Quasars are some of the brightest objects in the Universe, beaming radiation across billions of light-years of space. Although they were a mystery for many years, astronomers now believe they’re the bright radiation from matter clogging up around an actively feeding supermassive black hole.
Although 100,000 single quasars and a few binary quasars are known, a triple quasar has never been discovered. Until now.
Astronomers announced at the American Astronomical Society meeting in Seattle this week that they’ve turned up just such a triple quasar using the powerful W.M Keck Observatory. The three galaxies (and their actively feeding black holes) are located about 10.5 billion years away, which also means that we’re seeing them 10.5 billion years ago; a time when galaxies were regularly interacting and colliding.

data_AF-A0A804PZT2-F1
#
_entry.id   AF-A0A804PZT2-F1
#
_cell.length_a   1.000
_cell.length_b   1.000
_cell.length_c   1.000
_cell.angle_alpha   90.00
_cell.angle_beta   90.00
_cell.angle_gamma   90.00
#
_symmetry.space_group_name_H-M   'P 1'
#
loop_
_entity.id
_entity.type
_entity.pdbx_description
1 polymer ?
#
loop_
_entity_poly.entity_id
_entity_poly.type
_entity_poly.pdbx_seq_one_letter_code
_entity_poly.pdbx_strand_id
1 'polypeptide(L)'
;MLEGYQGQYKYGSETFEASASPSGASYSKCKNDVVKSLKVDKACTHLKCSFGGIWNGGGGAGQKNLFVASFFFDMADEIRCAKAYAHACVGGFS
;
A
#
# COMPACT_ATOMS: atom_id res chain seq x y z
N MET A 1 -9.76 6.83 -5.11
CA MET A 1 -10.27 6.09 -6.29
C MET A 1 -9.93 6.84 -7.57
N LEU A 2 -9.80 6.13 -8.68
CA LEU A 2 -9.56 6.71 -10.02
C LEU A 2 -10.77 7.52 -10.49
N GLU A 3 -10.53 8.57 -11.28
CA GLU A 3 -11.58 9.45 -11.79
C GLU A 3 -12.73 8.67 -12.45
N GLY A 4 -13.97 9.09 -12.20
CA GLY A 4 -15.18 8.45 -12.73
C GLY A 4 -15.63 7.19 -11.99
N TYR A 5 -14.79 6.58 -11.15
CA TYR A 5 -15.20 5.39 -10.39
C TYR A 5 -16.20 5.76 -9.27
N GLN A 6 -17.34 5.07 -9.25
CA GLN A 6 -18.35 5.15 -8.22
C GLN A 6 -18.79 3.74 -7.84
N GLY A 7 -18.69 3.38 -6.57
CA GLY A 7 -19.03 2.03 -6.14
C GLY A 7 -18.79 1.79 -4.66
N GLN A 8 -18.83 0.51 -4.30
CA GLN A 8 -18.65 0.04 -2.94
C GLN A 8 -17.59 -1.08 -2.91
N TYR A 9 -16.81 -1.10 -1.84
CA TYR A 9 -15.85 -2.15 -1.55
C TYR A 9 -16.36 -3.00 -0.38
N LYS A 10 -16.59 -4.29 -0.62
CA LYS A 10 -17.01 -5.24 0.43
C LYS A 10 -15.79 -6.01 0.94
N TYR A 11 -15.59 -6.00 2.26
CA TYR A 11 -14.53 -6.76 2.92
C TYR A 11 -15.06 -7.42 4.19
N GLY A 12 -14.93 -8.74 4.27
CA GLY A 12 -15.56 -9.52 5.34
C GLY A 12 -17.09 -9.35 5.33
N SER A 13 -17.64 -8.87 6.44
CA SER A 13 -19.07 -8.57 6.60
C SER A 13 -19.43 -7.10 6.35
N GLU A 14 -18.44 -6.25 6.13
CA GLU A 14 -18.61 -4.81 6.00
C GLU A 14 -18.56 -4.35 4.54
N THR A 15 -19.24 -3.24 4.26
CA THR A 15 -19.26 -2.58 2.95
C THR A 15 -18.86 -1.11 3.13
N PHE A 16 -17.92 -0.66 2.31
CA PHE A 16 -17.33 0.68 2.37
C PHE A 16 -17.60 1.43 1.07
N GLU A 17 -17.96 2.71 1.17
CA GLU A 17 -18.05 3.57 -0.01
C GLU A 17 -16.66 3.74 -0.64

These early galactic interactions could play an important role in regulating galaxy growth, and help explain how supermassive black holes and their galaxies seem to grow in unison.